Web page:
Lawmakers Considering Bill to Mint Apollo 11 Commemorative Coin
It is highly probable that the U.S. Mint will issue commemorative coins to celebrate the 50th anniversary of Apollo 11 in 2019.
If so, Congress most probably will require a special joint committee for design review as they did for the World War 1 commemorative scheduled for 2018.
The World War 1 coin is the first design to be approved by a special committee since Congress created the Citizens Coinage Advisory Committee (CCAC). It is also the first time a law has specified that the same artist must design both the obverse and the reverse and that plaster models rather than drawings are submitted for review from a juried design competition.
The World War 1 American Veterans Centennial Commemorative Coin Act signed by President Obama on December 16, 2014, directs the Secretary of the Treasury to mint a $1 silver coin to commemorate the centennial of America’s involvement in World War 1. The legislation specified that the Secretary must select the winning design picked by a special joint committee of six people—three from the CCAC and three from the Commission on Fine Arts.
The current legislation for the Apollo 11 coin contains a review mechanism that is similar to the World War 1 coin law. Whether this represents a trend for commemorative coin design or not remains to be seen.
As noted in the legislative findings accompanying the bill, Apollo 11 accomplished an ambitious national goal set forth in 1961 by President John F. Kennedy. It further states:
At the height of the Cold War, the Apollo space program provided the United States and the free world with a powerful symbolic win, demonstrating the strength, ambition, and determination of the United States in technological and economic advancement, and securing our Nation’s leadership in space for generations to come.
As detailed by Coin World, the proposed bi-partisan legislation calls for the minting of unique coins, including 5-ounce .999 fine silver dollars struck on a 3-inch-diameter planchet, much like the 5-ounce America the Beautiful quarter dollars. The bill also requires the surface of the coin to be curved.
Pursuant to the Apollo 11 50th Anniversary Commemorative Coin Act, the coins “shall be produced in a fashion similar to the 2014 National Baseball Hall of Fame 75th Anniversary Commemorative Coin, so that the reverse of the coin is convex to more closely resemble the faceplate of the astronaut’s helmet of the time and the obverse concave, providing a more dramatic display of the obverse design.”
In another interesting and technically challenging design choice, the Apollo 11 coin legislation further states:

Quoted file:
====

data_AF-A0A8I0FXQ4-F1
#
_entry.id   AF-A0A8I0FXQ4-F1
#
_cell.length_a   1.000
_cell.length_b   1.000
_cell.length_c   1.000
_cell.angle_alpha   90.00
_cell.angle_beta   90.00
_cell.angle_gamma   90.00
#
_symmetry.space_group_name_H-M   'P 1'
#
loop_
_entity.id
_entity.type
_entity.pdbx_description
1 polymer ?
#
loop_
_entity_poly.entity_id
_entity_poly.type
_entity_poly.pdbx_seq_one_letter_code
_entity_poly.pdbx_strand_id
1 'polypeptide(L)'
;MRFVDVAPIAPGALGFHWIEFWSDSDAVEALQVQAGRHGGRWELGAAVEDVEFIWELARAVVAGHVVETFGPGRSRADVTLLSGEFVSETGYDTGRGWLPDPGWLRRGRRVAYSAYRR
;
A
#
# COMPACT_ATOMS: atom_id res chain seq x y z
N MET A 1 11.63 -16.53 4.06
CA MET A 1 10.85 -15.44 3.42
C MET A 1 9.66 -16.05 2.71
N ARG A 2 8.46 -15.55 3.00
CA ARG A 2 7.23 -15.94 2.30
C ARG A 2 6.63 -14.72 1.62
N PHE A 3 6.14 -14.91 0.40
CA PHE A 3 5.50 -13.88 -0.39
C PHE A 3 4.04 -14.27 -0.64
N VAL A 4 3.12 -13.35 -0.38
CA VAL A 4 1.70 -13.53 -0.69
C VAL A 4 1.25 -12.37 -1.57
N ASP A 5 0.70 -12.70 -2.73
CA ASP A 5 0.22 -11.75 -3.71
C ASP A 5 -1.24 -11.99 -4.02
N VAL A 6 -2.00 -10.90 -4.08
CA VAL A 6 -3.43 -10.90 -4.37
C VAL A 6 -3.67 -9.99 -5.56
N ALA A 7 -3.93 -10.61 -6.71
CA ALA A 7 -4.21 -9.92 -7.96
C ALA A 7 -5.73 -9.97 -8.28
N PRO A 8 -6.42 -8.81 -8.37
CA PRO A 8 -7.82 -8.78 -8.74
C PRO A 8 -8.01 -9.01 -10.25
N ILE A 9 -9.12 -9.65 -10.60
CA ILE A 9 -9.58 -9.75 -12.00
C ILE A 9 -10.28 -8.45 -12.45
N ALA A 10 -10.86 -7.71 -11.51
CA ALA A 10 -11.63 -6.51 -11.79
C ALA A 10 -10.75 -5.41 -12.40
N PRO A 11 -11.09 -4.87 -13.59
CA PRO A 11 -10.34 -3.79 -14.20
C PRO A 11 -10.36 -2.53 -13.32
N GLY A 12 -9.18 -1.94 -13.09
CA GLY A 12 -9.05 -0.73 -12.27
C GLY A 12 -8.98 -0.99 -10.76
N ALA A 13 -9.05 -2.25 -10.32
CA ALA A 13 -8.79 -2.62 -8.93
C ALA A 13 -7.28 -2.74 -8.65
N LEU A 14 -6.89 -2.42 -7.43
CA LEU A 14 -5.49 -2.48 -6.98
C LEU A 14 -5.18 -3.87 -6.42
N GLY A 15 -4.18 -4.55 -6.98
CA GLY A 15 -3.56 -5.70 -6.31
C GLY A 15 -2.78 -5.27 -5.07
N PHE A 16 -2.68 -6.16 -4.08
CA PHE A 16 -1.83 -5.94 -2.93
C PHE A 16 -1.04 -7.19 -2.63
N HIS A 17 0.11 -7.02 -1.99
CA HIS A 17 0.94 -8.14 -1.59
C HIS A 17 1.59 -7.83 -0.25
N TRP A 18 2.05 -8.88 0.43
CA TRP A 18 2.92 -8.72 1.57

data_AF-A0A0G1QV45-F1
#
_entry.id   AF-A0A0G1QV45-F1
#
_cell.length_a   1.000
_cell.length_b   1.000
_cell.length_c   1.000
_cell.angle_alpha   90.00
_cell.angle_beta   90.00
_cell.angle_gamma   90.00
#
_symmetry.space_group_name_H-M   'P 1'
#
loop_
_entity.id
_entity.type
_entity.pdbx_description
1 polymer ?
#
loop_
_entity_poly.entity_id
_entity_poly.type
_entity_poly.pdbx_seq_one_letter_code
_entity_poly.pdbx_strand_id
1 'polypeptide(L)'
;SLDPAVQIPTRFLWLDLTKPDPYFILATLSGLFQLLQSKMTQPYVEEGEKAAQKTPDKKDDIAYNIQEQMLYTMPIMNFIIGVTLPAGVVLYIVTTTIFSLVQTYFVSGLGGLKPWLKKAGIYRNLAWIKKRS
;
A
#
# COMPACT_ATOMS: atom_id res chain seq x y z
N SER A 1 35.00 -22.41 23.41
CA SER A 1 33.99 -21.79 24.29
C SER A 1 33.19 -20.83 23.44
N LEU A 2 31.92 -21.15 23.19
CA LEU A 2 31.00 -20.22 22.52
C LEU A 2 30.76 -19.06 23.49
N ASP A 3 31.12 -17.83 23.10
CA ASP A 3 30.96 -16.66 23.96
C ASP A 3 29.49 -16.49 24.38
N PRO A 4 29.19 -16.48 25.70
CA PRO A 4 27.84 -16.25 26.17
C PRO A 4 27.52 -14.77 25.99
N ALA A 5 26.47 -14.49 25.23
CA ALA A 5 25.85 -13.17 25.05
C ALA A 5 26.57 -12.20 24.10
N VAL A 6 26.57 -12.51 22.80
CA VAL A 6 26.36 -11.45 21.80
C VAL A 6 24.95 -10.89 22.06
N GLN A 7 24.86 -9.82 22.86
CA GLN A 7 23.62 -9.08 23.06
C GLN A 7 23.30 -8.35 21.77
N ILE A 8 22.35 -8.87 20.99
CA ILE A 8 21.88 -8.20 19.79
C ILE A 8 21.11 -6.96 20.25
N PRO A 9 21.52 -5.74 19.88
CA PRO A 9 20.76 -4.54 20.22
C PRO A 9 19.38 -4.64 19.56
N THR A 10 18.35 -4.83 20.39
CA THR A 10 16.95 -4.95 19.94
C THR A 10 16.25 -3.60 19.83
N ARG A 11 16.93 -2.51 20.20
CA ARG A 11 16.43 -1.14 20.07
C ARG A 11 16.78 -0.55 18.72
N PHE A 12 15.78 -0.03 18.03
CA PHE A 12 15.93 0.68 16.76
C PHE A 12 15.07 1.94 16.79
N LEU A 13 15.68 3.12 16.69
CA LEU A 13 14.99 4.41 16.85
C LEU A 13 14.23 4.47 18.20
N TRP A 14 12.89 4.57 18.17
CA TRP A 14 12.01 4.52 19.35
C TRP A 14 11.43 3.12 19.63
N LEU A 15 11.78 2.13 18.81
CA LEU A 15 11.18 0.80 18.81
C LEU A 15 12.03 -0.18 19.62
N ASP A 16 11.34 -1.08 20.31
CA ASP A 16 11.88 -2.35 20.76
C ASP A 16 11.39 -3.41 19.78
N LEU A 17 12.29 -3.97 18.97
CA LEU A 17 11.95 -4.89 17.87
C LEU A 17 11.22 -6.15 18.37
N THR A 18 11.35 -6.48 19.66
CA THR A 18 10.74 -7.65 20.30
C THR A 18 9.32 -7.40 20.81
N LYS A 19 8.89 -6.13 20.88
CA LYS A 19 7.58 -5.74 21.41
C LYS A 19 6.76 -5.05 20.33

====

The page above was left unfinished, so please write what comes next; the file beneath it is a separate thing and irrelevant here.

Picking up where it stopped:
It is the sense of Congress that, to the extent possible without significantly adding to the purchase price of the coins, the coins minted under this Act should be produced with the design of the reverse of the coins continuing over what would otherwise be the edge of the coins, such that the reverse design extends all the way to the obverse design.
The bill specifies that the reverse design must feature “just the visor and part of the helmet of astronaut Edwin Eugene `Buzz’ Aldrin, Jr., in which the visor reflects the image of the United States flag and the lunar lander.” Artists, U.S. Mint engravers and members of the public will be invited to submit obverse designs, which will be selected by a juried committee.
Proceeds from the coin would support college scholarships for students pursuing science, technology, engineering or mathematics (STEM) degrees, educational initiatives that promote space exploration, the Astronauts Memorial that honors the astronauts whom have fallen in the line of duty, and the National Air and Space Museum’s new “Destination Moon” exhibit.
Interestingly, one of the bill’s sponsors, Florida Congressman Bill Posey, recently helped pass legislation in the House that aims to push space exploration further that the Apollo 11 astronauts likely ever imagined. Rep. Posey actually worked in the Apollo program as young man. The Space Resource Exploration and Utilization Act of 2015 addresses the property rights to resources mined from asteroids and calls on the White House to facilitate the commercial development of asteroid resources. While the prospect of space mining may seem far off, the same was once said about landing on the moon.